"We've played them well in the past," Wilson said of the Phillies. "Now it's up for grabs. I've never been to the postseason, but I like our chances."
The NLCS begins Saturday with a dream pitching matchup between arguably the two best righthanders in the game - Roy Halladay vs. Tim Lincecum, a skinny, long-haired 175-pounder who has won two NL Cy Young Awards, even though he's 26 years old.
The loss ended the 29-year managerial career of Bobby Cox, who took Atlanta to the brink of the NLCS despite a roster ravaged by injuries to key players. As the Giants celebrated on the field, Braves fans chanted, "Bobby . . . Bobby," and the 69-year-old manager waved his cap to the cheering crowd.
"I got a chance to play against him for five years," said Giants rightfielder Cody Ross, who homered and drove in the go-ahead run with a single in the seventh. "I love coming in here seeing him. I want to congratulate the Braves on a fine season and him on a great career."
The Giants' four starters allowed the Braves three runs over 29 innings, and they had to be good because runs are hard to come by for the West Division champions.
The series will return Pat Burrell and Aaron Rowand to Philadelphia, although Rowand is no longer a starter.
But the series will be about pitching, which seems appropriate in the year of the pitcher.
The Giants took two of three from the Phillies in late April in San Francisco, then the Phillies came back and won two of three from the Giants at Citizens Bank Park in mid-August.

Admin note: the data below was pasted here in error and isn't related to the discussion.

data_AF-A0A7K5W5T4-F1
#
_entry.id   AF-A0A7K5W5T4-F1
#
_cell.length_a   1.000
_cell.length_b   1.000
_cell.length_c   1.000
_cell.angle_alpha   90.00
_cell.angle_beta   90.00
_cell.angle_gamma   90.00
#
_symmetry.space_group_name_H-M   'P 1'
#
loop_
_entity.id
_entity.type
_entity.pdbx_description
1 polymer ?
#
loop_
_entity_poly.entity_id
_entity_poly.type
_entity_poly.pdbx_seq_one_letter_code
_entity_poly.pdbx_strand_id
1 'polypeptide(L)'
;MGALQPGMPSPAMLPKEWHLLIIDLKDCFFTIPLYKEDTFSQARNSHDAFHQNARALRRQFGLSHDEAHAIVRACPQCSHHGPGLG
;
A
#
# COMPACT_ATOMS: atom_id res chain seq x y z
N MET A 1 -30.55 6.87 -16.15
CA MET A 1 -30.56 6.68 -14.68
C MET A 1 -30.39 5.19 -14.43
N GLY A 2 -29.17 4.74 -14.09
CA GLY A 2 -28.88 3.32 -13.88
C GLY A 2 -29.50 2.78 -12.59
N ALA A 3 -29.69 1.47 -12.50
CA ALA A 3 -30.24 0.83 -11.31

Lefthander Jonathan Sanchez was the Giants' most effective pitcher against the Phillies, beating them twice by 5-1 and 5-2 scores. Sanchez has been at his best in the last month. In his last eight starts, including Monday's Game 3 of the NLDS, he has allowed more than one earned run only once.
Lincecum recovered from a terrible August (0-5, 7.82 ERA) to go 5-1 with a 1.94 ERA in his final six regular-season starts. Righthander Matt Cain joins Lincecum and Sanchez as the Giants' top three starters.
The day after Halladay pitched his no-hitter against the Reds in the NLDS opener, Lincecum pitched a two-hit shutout and struck out 14 in a 2-0 win over the Braves.
Linceum, Cain and Sanchez will be well-rested. Giants manager Bruce Bochy went with 21-year-old lefthander Madison Bumgarner in Game 4, saving Lincecum for a possible Game 5.
The pitching matchup Monday favored the Braves. Derek Lowe made his 12th career playoff start, and he was pitching on three days' rest rather than the usual four. He had the Giants thoroughly flummoxed until Ross drilled a one-out homer in the sixth.
It was the first hit off Lowe, who had eight strikeouts and faced the minimum 15 batters through five innings.
"I can't say enough about our pitching," Ross said. "They keep us in it the whole time. We just need to score a few."
Lowe was trying to protect a 1-0 lead when Ross homered in the sixth, but Brian McCann put the Braves back on top, 2-1, by sending Bumgarner's first pitch in the bottom of the sixth over the wall.
But the needle on Lowe's fuel tank was approaching empty in the seventh. He was pulled after he wrapped two walks around an infield single, and his night was finished. The Giants' tying run came home when shortstop Alex Gonzalez threw high to second for an error on a fielder's choice.
Then Ross came up big again with a bases-loaded single that put the Giants in front, 3-2. The lead-footed Burrell was thrown out at the plate trying to score the second run on Ross's hit.
The 37-year-old Lowe went into the game on a roll. He was named NL pitcher of the month for September after going 5-0 with a 1.17 ERA. He had 29 strikeouts and a mere three walks in 302/3 innings.
A first-round draft choice in 2007, the tall lefthander also had a good September, going 2-2 with a 1.13 ERA in five starts. Bumgarner went 34-6 in the minors with a 2.00 ERA. His fastball is consistently around 95 m.p.h. But he'd never faced the pressure of postseason play.
Contact staff writer Ray Parrillo at 215-854-2743 or firstname.lastname@example.org.